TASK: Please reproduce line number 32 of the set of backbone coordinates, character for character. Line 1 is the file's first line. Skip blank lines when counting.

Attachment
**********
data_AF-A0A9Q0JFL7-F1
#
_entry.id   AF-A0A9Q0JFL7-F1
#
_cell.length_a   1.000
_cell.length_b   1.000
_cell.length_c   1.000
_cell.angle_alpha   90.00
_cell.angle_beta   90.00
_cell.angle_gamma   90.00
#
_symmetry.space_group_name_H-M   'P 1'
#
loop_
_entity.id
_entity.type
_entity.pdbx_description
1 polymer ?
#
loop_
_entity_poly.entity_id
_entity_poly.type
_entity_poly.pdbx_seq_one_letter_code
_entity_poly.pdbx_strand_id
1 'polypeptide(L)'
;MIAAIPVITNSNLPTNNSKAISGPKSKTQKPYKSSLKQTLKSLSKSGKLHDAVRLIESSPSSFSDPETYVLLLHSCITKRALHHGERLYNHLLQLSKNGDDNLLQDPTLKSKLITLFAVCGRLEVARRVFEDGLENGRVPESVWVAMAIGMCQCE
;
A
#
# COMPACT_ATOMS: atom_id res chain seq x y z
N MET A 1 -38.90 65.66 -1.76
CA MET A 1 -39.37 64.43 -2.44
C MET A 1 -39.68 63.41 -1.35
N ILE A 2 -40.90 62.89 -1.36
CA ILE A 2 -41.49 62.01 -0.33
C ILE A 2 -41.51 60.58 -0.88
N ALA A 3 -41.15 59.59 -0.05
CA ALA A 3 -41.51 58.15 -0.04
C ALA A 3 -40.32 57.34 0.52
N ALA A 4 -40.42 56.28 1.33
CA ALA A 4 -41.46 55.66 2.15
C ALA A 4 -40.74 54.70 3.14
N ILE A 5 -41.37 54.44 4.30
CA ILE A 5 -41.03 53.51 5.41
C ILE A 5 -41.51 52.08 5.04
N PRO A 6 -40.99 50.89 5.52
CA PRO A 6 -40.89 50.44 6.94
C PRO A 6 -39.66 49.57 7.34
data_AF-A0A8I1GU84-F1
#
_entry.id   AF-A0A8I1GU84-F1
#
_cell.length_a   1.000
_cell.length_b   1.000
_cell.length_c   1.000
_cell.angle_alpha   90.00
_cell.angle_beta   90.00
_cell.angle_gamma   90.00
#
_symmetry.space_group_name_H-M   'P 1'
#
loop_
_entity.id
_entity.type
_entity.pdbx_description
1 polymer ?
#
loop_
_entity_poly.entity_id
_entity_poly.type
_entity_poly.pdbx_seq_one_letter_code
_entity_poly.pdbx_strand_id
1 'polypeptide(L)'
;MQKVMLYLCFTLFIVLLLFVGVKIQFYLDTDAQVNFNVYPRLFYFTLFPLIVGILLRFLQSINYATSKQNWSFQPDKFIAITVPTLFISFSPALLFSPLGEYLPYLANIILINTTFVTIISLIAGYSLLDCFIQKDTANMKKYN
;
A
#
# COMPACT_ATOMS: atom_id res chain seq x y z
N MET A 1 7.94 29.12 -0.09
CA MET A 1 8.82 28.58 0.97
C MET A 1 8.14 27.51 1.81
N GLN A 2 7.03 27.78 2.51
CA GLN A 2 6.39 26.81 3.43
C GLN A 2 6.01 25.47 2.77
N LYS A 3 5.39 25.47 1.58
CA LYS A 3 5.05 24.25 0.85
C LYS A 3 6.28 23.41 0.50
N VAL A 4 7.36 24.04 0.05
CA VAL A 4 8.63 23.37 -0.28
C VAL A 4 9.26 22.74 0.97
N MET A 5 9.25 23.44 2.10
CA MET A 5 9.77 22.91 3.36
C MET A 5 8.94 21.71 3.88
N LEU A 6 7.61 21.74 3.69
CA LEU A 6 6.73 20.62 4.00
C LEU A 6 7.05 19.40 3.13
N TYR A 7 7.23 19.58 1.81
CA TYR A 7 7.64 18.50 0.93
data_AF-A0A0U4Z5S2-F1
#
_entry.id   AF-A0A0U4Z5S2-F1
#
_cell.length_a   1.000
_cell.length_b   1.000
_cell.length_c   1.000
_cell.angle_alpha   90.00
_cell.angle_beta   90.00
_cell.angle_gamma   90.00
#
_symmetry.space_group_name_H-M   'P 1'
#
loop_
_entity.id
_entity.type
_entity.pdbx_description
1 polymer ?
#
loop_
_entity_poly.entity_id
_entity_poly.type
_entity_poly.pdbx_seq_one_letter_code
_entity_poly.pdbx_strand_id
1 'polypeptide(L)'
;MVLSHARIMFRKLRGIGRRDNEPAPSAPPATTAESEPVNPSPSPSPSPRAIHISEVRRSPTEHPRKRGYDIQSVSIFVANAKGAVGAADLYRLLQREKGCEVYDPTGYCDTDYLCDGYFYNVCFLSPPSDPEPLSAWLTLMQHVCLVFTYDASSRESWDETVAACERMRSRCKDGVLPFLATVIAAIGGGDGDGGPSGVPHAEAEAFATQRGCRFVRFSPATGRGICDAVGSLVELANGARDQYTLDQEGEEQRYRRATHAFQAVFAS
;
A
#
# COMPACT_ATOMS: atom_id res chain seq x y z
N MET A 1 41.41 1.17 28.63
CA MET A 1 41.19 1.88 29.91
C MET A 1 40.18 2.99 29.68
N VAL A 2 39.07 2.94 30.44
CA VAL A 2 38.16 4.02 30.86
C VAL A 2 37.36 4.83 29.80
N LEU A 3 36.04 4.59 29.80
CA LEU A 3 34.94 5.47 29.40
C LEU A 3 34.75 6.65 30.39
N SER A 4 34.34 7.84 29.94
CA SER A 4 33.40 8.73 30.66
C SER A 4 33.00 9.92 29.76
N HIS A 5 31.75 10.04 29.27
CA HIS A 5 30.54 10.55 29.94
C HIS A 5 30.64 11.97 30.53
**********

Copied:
CA MET A 1 -39.37 64.43 -2.44